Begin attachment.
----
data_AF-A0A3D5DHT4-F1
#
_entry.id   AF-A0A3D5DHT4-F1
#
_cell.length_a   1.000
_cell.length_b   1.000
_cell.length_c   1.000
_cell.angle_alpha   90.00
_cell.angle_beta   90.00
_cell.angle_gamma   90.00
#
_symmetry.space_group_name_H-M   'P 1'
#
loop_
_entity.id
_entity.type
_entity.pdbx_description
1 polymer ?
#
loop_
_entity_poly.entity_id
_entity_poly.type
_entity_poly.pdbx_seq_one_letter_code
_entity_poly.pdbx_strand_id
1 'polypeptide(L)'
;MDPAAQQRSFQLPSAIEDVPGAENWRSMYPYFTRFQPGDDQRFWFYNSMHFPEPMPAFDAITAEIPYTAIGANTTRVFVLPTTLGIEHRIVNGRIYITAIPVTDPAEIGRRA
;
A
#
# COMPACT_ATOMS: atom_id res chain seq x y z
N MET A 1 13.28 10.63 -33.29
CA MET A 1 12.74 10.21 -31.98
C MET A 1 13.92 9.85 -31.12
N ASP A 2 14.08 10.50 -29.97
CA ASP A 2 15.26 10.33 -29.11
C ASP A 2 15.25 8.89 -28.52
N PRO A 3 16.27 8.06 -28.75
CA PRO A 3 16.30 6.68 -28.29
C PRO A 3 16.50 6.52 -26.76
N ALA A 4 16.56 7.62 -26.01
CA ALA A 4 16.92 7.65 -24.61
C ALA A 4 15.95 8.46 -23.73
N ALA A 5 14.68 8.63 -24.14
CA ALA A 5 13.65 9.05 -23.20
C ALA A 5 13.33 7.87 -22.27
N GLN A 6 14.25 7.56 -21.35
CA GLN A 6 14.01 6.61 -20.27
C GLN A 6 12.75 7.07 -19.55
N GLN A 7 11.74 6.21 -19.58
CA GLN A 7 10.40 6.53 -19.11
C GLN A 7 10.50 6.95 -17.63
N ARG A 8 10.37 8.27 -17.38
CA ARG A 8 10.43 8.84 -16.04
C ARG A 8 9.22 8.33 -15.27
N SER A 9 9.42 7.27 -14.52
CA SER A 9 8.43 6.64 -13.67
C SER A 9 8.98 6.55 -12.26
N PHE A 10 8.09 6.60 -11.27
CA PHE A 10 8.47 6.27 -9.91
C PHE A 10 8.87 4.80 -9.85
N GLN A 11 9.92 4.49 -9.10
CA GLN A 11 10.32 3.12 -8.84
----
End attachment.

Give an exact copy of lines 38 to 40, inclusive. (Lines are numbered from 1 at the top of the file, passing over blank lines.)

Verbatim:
CA PRO A 3 16.30 6.68 -28.29
C PRO A 3 16.50 6.52 -26.76
N ALA A 4 16.56 7.62 -26.01